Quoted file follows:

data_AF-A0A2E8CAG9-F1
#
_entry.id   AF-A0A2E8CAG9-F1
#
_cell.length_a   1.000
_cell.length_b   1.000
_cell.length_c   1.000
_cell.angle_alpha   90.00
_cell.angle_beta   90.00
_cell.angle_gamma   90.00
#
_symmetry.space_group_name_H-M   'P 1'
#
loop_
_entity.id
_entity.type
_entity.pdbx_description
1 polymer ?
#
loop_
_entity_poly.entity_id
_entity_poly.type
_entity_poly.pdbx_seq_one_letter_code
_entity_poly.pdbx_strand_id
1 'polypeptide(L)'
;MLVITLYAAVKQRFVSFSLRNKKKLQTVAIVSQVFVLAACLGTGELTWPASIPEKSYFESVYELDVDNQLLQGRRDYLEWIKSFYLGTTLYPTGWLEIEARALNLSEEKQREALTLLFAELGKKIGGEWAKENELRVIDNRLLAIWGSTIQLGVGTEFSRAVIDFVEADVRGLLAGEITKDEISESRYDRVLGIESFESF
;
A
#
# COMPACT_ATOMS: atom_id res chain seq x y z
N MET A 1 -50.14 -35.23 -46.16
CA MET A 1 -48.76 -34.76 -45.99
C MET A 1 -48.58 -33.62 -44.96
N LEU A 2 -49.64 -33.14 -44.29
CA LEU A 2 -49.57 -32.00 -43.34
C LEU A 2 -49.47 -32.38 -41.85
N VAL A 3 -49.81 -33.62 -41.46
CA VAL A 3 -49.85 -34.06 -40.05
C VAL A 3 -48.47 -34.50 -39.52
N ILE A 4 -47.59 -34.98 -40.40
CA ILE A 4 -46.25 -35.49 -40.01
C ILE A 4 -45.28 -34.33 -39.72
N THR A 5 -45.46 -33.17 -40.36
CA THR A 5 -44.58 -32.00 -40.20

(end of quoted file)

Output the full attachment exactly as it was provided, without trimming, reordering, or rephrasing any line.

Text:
data_AF-A0A2E8CAG9-F1
#
_entry.id   AF-A0A2E8CAG9-F1
#
_cell.length_a   1.000
_cell.length_b   1.000
_cell.length_c   1.000
_cell.angle_alpha   90.00
_cell.angle_beta   90.00
_cell.angle_gamma   90.00
#
_symmetry.space_group_name_H-M   'P 1'
#
loop_
_entity.id
_entity.type
_entity.pdbx_description
1 polymer ?
#
loop_
_entity_poly.entity_id
_entity_poly.type
_entity_poly.pdbx_seq_one_letter_code
_entity_poly.pdbx_strand_id
1 'polypeptide(L)'
;MLVITLYAAVKQRFVSFSLRNKKKLQTVAIVSQVFVLAACLGTGELTWPASIPEKSYFESVYELDVDNQLLQGRRDYLEWIKSFYLGTTLYPTGWLEIEARALNLSEEKQREALTLLFAELGKKIGGEWAKENELRVIDNRLLAIWGSTIQLGVGTEFSRAVIDFVEADVRGLLAGEITKDEISESRYDRVLGIESFESF
;
A
#
# COMPACT_ATOMS: atom_id res chain seq x y z
N MET A 1 -50.14 -35.23 -46.16
CA MET A 1 -48.76 -34.76 -45.99
C MET A 1 -48.58 -33.62 -44.96
N LEU A 2 -49.64 -33.14 -44.29
CA LEU A 2 -49.57 -32.00 -43.34
C LEU A 2 -49.47 -32.38 -41.85
N VAL A 3 -49.81 -33.62 -41.46
CA VAL A 3 -49.85 -34.06 -40.05
C VAL A 3 -48.47 -34.50 -39.52
N ILE A 4 -47.59 -34.98 -40.40
CA ILE A 4 -46.25 -35.49 -40.01
C ILE A 4 -45.28 -34.33 -39.72
N THR A 5 -45.46 -33.17 -40.36
CA THR A 5 -44.58 -32.00 -40.20